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New Botox Dangers Warns the FDA: Is It Still Safe for Your Face?

By Michele Blacksberg RN HERWriter
 
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Many of us are familiar with Botox being used for reducing wrinkles in facial skin. Botox works by paralyzing the muscles of the face that surround the eyes creating crow’s feet or between the eyes creating a furrow. The FDA just released a new alert to include black box warnings that indicate a greater concern of the potential dangers of using Botox. What does this mean for those who receive Botox injections to their faces? Is it still safe?

The current warnings from the FDA are not directly aimed at using Botox for beauty purposes but are the result of a rise in the incidence of deaths where the Botox was used to reduce spasms and rigidity of muscles in adults and children suffering from cerebral palsy. There are three Botox products available for injection, each use a different dose and the overdoses were related to lack of attention of these differences.

The risk of facial Botox is touted to be very low. The most common side effects that might occur are bruising, swelling, eyelid drooping and facial asymmetry which is usually temporary. The new FDA warnings will now include that there is risk of spread to other body areas and that Botox carries risk of difficulties with breathing and swallowing.

If you are thinking about getting Botox injections to your face for cosmetic reasons make sure you take some safety precautions about where you go to receive this treatment.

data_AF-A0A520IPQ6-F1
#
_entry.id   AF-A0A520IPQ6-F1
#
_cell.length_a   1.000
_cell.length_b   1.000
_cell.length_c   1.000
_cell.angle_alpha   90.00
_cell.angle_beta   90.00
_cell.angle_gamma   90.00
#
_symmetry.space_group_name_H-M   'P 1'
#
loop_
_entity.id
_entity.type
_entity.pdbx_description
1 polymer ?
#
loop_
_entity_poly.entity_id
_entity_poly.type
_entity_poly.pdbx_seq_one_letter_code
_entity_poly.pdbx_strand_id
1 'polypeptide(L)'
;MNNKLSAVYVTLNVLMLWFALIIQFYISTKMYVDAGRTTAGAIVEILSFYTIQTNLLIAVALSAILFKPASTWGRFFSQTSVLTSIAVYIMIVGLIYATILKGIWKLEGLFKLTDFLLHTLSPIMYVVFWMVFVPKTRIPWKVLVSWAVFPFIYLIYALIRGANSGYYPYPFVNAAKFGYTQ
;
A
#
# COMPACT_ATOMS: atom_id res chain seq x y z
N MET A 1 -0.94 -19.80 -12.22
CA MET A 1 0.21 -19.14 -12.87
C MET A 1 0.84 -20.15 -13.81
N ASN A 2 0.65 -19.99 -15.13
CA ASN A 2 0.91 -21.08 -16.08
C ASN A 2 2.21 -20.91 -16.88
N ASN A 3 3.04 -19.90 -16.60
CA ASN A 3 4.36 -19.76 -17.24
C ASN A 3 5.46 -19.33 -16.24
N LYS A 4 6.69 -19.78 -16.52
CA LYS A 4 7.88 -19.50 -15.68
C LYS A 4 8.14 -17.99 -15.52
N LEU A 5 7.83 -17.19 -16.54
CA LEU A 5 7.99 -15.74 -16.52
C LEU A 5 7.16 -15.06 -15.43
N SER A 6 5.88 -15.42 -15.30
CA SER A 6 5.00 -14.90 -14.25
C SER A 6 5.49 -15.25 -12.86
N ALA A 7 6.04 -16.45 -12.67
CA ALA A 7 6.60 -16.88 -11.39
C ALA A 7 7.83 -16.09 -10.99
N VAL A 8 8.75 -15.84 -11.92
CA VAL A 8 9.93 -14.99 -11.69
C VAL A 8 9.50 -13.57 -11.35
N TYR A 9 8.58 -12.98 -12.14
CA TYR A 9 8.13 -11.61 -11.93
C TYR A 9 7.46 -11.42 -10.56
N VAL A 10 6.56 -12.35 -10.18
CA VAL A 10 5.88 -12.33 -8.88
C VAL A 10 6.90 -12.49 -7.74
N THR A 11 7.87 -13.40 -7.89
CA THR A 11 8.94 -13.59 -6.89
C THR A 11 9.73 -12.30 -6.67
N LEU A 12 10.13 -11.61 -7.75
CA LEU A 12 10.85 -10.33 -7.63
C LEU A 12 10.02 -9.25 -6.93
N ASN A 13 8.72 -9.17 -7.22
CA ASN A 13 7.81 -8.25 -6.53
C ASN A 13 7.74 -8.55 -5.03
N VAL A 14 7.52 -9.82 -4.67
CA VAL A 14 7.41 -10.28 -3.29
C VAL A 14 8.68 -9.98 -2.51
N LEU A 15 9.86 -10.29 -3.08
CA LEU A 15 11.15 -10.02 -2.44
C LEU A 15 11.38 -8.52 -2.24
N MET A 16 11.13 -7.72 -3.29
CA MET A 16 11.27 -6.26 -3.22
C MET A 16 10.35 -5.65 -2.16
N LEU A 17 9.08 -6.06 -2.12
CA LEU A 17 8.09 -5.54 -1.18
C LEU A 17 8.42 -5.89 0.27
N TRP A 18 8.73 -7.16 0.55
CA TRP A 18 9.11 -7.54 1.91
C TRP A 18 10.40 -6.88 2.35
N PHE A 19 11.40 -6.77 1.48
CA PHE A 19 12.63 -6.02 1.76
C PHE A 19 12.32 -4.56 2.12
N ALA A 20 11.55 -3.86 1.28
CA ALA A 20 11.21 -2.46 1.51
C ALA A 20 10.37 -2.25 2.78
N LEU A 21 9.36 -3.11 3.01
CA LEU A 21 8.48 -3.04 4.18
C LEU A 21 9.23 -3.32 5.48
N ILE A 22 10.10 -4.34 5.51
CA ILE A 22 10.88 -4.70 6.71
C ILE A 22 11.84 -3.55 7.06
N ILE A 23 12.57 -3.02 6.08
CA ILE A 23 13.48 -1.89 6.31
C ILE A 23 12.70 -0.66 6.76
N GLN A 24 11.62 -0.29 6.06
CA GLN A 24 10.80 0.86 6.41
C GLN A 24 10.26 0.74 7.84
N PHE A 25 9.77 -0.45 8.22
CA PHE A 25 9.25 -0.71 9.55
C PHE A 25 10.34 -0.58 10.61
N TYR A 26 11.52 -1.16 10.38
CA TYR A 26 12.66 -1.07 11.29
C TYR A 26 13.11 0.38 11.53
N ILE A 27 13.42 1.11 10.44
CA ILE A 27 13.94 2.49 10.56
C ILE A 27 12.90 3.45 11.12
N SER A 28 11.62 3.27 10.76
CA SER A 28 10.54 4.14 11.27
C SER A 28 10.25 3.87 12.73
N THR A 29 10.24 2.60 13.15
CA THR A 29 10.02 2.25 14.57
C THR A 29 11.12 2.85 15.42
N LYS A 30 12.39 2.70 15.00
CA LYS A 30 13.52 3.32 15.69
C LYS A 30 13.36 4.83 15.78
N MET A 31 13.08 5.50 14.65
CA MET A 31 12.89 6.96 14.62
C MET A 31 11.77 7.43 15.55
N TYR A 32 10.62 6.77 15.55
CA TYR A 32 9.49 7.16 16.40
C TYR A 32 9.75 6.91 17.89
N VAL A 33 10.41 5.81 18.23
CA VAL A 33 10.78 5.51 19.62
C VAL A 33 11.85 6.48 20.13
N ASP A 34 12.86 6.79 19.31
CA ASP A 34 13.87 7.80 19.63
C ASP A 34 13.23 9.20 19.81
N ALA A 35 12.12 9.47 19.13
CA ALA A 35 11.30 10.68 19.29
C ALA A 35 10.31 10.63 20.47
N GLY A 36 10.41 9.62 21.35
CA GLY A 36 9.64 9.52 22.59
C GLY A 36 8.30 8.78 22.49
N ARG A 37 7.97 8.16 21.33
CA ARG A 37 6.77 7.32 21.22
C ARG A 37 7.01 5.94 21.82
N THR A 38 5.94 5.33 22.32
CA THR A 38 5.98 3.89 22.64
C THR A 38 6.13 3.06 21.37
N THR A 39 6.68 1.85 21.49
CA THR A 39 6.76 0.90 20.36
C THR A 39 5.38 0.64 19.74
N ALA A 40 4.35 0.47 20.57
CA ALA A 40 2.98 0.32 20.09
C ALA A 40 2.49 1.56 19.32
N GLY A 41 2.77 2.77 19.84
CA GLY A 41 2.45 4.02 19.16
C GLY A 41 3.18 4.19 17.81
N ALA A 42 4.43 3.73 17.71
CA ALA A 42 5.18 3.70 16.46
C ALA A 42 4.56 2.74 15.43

1. Pick a qualified doctor.
2. Check that the doctor is trained in cosmetic skin surgery.
3. Ask about all risks and benefits. The FDA now requires doctors to give patients a medication guide when patients receive injections of Botox.
4. Select a setting that uses sterilized equipment and ask about how they handle emergencies.

Choosing to have elective medical beauty procedures is an individual choice each of us needs to make after weighing the risk versus benefits. Attention to safety cannot be over emphasized, especially when it comes to injecting a substance that is known to cause injury.

http://www.nytimes.com/2009/05/01/business/01botox.html?emc=eta1
http://www.fda.gov/fdac/features/2002/402_botox.html

Michele is an R.N.

Add a Comment3 Comments

Michele Blacksberg RN HERWriter

I agree Alison, I think it would be pretty scary to have facial botox, have a reaction and wonder if it was temporary or not. A person really has to be comfortable making the decision to have botox injected and be absolutely confident in the skills of the plastic surgeon that is providing their care.

May 10, 2009 - 8:03pm
Alison Beaver

Michele,
Thanks for sharing! I've always been so skeptical about Botox, even though the risk are "touted to be low" as you said. I predict in the next decade we will hear about the long-term negative consequences from individuals who have used Botox for beauty reasons with long-term and consistent exposure. This prediction is partially based on what you mentioned: there are more risk factors associated with using Botox every year, the botox itself is derived from botulism, and anything that is injected into the body that can cause face drooping is concern enough for me to stay away from this product.

thanks again!

May 10, 2009 - 7:39pm
EmpowHER Guest
Anonymous

Love the blog…here's the deal, check out (www.ThePatientsAdvantage.com); seriously. I ran into them looking for botox surgeons. They have a great way to find the best surgeons and it is completely free. I have used them a couple times now.

May 10, 2009 - 3:15pm
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We value and respect our HERWriters' experiences, but everyone is different. Many of our writers are speaking from personal experience, and what's worked for them may not work for you. Their articles are not a substitute for medical advice, although we hope you can gain knowledge from their insight.

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